Fleeing from war-torn Eastern Europe: Cecilia Hansen's tale is modern and historical
The violinist left St. Petersburg with Russia in revolt in 1921, and by 1926 was playing for crowds in Rochester.
The story of Cecilia Hansen’s flight from war-torn Russia could have been written in recent weeks and months.
But it was in 1921 that Hansen, a brilliant young violinist, made a daring escape from St. Petersburg and relaunched a career that brought her to perform in 1926 in Rochester.
Hansen was born in 1897 in southern Russia, where her Danish father was a music professor. She was a music prodigy, already being admitted at age 10 to the St. Petersburg Conservatory. She made her concert debut at age 13, and studied alongside classmates Jascha Heifetz and Nathan Milstein. She was, at age 15, the youngest woman ever to receive the gold medal at the conservatory.
She met and married pianist Boris Sacharoff, gave concerts in northern and central Europe, and in 1917 gave birth to a daughter. That same year, Russia was engulfed in revolution, and the situation soon became untenable for a violinist with a foreign-sounding name.
“There was only one way out, that was to escape,” Hansen said later in an interview published in the Post-Bulletin. “An unsuccessful attempt would mean tragedy for all of us, but we decided to venture it.”
Hansen and her family rented a small boat, and on a dark night were rowed out into the rough waters of the Baltic Sea. “We were afloat for 12 hours on a stormy sea,” she said. “Yet we did not mind, for we saw a new life ahead.”
Then, as the little boat passed the Russian island fortress at Kronstadt, searchlights scanned the water.
“We thought the end had come,” Hansen said. The oarsman frantically tried to avoid the lights. “How it was we were not discovered I cannot tell,” Hansen said. “But at noon the next day we landed on the shores of Finland. And then my career really started.”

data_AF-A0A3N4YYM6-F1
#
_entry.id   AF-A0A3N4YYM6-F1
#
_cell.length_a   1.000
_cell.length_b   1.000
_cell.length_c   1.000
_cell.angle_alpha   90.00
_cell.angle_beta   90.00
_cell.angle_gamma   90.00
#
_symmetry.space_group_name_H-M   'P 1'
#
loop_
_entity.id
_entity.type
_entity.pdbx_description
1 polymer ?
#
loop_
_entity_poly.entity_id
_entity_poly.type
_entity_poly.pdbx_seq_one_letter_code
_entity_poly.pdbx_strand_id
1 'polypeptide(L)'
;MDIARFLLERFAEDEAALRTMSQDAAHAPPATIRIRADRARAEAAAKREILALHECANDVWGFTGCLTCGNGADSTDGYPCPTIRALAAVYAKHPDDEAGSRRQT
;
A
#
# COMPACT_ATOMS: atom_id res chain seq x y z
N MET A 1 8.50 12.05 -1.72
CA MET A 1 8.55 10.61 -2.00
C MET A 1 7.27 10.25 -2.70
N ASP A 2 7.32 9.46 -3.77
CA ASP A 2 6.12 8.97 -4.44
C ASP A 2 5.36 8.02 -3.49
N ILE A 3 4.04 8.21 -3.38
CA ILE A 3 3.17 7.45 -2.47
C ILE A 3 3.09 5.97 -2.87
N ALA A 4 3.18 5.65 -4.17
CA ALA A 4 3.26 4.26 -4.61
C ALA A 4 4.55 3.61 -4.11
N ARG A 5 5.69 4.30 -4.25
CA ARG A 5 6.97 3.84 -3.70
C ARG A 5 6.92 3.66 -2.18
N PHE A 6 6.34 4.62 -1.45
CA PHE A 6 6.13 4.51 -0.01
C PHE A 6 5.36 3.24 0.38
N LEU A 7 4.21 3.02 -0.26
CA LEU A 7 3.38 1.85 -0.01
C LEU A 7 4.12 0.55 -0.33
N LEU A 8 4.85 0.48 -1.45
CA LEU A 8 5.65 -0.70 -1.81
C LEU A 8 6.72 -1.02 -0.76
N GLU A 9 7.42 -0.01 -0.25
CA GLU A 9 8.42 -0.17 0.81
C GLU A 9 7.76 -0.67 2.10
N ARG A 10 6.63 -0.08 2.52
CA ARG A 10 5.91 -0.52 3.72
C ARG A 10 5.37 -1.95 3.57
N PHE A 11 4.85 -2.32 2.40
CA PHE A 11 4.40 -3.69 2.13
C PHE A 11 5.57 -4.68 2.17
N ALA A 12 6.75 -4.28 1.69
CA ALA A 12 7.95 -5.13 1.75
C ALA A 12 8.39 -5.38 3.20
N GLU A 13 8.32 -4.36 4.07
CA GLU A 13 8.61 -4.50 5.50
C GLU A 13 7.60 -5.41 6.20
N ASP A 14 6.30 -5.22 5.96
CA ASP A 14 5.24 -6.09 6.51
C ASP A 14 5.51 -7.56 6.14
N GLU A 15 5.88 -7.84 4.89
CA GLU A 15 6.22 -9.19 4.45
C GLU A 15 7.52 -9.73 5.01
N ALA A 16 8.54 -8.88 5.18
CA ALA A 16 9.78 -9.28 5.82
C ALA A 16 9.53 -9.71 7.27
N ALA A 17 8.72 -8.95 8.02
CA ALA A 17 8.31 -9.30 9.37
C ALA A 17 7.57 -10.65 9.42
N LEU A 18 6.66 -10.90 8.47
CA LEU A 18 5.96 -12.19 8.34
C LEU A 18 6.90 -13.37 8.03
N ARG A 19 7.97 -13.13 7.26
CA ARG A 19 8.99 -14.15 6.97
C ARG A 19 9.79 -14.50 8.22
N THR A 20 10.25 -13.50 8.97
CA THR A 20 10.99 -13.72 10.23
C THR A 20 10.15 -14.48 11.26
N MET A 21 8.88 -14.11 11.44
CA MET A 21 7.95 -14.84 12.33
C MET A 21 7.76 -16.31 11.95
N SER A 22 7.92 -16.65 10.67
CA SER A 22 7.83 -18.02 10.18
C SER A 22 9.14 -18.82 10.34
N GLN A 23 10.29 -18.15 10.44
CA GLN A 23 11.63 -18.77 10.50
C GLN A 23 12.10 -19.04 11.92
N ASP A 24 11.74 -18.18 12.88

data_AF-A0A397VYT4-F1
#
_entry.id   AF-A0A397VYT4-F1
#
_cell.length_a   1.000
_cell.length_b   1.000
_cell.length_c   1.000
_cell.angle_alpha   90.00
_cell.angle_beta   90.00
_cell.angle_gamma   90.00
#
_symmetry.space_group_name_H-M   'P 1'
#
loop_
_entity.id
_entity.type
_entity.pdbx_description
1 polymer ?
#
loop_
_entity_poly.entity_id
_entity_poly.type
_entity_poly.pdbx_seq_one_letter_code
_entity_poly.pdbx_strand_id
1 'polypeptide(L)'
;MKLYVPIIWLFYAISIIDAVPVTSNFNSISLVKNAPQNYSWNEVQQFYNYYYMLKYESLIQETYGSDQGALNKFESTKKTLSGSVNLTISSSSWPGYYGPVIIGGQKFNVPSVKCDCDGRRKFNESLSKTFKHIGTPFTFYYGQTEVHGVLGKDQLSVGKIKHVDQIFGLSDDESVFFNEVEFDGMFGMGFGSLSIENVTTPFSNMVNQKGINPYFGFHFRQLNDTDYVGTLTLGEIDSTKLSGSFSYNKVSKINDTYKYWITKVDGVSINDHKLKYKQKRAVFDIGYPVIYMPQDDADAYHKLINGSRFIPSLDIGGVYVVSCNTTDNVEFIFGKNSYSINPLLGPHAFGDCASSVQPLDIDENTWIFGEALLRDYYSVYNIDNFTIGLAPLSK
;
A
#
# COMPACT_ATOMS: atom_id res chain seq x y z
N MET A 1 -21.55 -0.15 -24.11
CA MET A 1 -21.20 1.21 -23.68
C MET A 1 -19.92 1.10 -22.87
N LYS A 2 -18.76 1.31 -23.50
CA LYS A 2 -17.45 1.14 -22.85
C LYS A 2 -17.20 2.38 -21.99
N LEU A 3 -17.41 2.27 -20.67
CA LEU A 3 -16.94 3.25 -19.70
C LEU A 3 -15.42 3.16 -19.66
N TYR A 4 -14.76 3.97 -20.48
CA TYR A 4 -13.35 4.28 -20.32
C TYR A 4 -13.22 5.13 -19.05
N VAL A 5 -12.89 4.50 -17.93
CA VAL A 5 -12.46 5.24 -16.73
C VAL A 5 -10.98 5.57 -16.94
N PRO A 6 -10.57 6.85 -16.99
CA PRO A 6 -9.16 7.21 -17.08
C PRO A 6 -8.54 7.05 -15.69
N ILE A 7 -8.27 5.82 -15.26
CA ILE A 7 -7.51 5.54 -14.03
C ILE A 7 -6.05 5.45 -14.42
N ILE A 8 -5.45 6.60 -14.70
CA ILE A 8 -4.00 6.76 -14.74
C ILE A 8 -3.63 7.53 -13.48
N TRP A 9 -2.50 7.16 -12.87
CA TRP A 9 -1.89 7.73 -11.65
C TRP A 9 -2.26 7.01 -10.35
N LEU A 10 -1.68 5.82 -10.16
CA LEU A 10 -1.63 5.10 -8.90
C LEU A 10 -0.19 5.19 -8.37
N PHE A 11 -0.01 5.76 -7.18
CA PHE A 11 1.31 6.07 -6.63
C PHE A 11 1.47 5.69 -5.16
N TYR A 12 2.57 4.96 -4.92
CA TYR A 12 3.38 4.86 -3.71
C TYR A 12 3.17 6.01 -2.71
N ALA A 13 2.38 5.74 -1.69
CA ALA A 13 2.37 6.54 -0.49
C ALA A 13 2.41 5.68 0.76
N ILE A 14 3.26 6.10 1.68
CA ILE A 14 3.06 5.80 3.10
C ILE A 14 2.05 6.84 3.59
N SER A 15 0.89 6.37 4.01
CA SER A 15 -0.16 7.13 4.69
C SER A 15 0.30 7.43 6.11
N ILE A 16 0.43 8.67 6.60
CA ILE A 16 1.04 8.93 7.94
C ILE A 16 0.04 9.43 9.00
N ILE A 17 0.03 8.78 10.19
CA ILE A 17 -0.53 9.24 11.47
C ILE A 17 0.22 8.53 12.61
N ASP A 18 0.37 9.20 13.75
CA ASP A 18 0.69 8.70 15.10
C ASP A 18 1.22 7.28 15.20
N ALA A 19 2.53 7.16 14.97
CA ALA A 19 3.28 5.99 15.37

Indeed it did. In 1923, Hansen undertook her first concert tour of the United States and made her Carnegie Hall debut. Violinist Yehudi Meuhin, who was a boy at the time, saw her concert in San Francisco and recalled that, “She looked like an angel, clothed all in white, and played like one.” American critics labeled Hansen “the queen of the violin.”
So it was with great anticipation that Hansen was booked for a concert Dec. 17, 1926, at the Rochester armory. Hansen was accompanied by her husband on piano, as she performed works by Tchaikovsky, Beethoven, Pugnani and Gluck.
“Rarely does Rochester have an opportunity to hear violin music such as that heard last evening, and played by a woman,” wrote Pearl Hagen in a Post-Bulletin review of the concert. “Miss Hansen’s performance will not soon be forgotten.”
Hansen would continue to be an acclaimed and popular concert attraction, but her life was marked by disruptions and tragedy. In the 1930s, on a concert tour of the Far East, Hansen’s husband decided to stay in China to establish that country’s piano school. The couple later divorced.
In the late 1930s, Hansen was living in London when she married Hermann Friedmann, a Jewish-German-Finnish jurist and philosopher. In 1940, during the London Blitz, a Nazi bomb attack killed the couple’s 2-year-old daughter.
When Hansen resumed her career after the war, her music, informed by sorrow, solidified her artistic reputation. After living for years in Germany, she died in 1989 in London.
Thomas Weber is a former Post Bulletin reporter who enjoys writing about local history.